There will likely be general business registrations when starting your business. These permits and licenses can vary based on the state and town where the business is located. Some common registrations to research include a business license, sales tax permit, and an Employer Identification Number if you plan to hire employees.
Step 6: Find Financing
Coming up with a good business idea and having the skills to run it are one thing, but getting the funding to start a medical billing business is another. In order to get a loan, the borrower(s) will need to have good credit and be able to invest 15-25% of their money towards the total start-up costs. Startup costs for a medical billing business are mainly for equipment and software, so you are ahead of the game if you already have a computer and office equipment.
Step 7: Open a Business Bank Account
Keeping your small business and personal finances in separate bank accounts is important to track the income and expenses of your business and identify trends.
Many banks offer free business checking accounts, so be sure to find a cost-effective option for your business.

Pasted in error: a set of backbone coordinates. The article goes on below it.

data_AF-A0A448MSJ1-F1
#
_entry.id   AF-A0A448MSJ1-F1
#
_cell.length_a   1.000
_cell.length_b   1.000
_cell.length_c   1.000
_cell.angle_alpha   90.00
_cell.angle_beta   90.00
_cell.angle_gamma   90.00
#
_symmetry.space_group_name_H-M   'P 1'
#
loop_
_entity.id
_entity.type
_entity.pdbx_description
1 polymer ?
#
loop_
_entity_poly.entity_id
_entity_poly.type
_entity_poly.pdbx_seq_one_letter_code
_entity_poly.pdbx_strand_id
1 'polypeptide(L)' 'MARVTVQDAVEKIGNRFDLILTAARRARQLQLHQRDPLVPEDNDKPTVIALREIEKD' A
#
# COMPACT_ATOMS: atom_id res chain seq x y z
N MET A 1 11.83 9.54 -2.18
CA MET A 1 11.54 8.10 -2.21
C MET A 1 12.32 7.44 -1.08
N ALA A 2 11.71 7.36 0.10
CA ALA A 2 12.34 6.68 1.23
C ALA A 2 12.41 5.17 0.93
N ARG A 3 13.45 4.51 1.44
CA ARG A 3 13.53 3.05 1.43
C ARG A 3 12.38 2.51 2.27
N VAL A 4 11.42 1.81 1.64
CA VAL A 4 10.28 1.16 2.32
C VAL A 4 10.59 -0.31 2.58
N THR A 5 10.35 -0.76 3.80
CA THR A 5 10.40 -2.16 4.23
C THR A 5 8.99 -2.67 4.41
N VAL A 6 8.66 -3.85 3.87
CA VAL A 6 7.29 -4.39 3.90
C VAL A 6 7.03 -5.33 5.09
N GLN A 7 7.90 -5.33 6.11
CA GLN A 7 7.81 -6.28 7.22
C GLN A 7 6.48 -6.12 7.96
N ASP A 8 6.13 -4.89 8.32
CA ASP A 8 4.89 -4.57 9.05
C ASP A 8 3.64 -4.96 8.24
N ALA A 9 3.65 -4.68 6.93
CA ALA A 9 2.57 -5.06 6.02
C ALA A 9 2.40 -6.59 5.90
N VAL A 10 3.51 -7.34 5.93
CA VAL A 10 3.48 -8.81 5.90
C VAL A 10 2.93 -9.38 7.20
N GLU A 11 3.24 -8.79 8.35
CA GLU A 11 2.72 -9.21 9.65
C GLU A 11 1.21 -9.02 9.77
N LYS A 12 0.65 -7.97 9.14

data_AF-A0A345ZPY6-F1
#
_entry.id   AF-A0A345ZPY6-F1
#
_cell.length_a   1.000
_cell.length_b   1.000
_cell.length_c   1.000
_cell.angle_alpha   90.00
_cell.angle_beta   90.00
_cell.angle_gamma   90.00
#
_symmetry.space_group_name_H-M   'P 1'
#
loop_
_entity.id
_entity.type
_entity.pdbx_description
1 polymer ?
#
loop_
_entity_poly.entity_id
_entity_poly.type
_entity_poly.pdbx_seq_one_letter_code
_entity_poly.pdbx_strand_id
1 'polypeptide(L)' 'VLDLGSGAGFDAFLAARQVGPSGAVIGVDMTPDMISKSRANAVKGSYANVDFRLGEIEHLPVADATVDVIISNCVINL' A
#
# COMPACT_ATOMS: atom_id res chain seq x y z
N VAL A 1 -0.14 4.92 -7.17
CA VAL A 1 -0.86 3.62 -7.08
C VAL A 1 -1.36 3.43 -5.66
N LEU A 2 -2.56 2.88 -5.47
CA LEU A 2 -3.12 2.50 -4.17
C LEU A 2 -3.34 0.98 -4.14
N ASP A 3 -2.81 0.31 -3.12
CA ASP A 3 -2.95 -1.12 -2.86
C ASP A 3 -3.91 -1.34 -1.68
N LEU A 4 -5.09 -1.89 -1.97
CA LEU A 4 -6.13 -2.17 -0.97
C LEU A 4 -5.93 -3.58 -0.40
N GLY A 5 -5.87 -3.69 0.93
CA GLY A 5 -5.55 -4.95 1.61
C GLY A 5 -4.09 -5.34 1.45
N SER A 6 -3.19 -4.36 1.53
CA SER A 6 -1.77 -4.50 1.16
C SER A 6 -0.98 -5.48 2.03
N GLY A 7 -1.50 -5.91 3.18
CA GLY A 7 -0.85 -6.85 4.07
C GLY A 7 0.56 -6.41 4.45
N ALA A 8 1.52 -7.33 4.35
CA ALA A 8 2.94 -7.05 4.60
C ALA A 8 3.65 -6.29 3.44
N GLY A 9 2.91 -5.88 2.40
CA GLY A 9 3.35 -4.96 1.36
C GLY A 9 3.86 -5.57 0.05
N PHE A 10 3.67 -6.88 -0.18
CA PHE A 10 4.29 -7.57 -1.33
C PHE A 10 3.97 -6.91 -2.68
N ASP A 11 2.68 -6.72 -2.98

Step 8: Get your Marketing Plan in Place
The biggest challenge in a medical billing business is getting clients. As a startup, you will have to make multiple calls to medical providers to find one who is willing to try a new provider. You may have to start with small providers and offer your services at a slight discount to gain traction. Once you have a few clients, you will have more credibility and can look for a larger medical practice and charge regular market prices.
Some common marketing techniques for a medical billing business include social media marketing, online advertising, print advertising, and direct mail advertising. Developing a website can be a significant expense, but it can also give your medical billing business greater visibility online. Your main source of business, however, will be direct calls and visits to medical providers.